• Fever
  • Coughing
  • Sore throat
  • Runny nose
  • Chills
  • Headache
  • Chest pain or pressure
  • Short breath or general difficulty breathing
  • Muscle aches
  • Sudden loss of taste and/or smell

Note that all the possible symptoms are still not known, and some people with COVID-19 have experienced conjunctivitis (pinkeye), rashes, diarrhea, nausea, and vomiting. If you do find that you are experiencing some of the symptoms above, distance yourself from others immediately and consider taking a COVID-19 test (learn more about at-home options like the Everlywell COVID-19 Test Home Collection Kit DTC*).

Additionally, it’s important to keep in mind that some people infected with the virus show no outward symptoms at all, meaning you could be asymptomatic but still carry and transmit the virus to others. This can lead to a false sense of security, with asymptomatic people potentially going out and interacting with people without taking the proper precautions.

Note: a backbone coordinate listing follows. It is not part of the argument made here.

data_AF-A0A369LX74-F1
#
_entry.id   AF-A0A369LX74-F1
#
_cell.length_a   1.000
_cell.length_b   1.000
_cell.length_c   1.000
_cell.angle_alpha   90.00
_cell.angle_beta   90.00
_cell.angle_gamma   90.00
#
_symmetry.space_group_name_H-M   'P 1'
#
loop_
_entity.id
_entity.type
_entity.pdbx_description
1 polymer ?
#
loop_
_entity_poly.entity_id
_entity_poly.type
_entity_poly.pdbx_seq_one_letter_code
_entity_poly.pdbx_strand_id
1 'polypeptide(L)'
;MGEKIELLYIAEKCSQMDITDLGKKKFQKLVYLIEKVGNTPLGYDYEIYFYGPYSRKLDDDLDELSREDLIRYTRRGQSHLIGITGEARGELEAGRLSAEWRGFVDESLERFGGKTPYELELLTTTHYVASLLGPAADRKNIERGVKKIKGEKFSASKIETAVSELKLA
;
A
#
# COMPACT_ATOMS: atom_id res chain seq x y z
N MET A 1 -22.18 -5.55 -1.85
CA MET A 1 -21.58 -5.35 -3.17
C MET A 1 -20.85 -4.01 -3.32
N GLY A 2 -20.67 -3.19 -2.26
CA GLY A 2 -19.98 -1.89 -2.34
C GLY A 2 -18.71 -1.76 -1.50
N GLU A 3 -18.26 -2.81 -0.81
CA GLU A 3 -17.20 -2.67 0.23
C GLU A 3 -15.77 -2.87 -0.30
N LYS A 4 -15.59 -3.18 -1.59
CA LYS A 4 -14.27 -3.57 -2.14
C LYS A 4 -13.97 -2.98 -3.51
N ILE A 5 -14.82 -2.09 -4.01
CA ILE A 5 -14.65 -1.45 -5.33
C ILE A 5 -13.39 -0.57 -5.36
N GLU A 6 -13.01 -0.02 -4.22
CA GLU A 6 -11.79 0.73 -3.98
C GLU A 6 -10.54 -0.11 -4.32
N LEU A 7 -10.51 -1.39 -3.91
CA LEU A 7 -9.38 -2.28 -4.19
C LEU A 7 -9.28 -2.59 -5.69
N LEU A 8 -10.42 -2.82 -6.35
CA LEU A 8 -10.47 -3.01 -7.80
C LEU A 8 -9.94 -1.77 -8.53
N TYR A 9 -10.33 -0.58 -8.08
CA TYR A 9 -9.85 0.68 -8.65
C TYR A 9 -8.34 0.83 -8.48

The importance of social distancing

Since most people have yet to receive a vaccine for the virus, social distancing remains one of the best ways to curb the number of COVID-19 cases. Social, or physical, distancing simply refers to maintaining a relatively safe distance (6 or more feet) between yourself and others.

The coronavirus spreads mainly among people who are in close contact, particularly for a prolonged period of time. The primary way that the novel coronavirus spreads is through respiratory droplets when someone with the virus coughs, sneezes, talks—or even just breathes. These droplets of an infected person can land on your nose or mouth or otherwise get inhaled into your lungs, hence the reason why various types of masks and facial coverings are required in many public places today.

In practice, social distancing involves keeping at least 6 feet away from other people who do not also live with you. Here are some other guidelines and tips for social distancing:

  • Limit the amount of time you spend in stores or public spaces. Only go inside stores when absolutely necessary. Otherwise, try to make use of curbside pickup, drive-through, and delivery services to limit contact.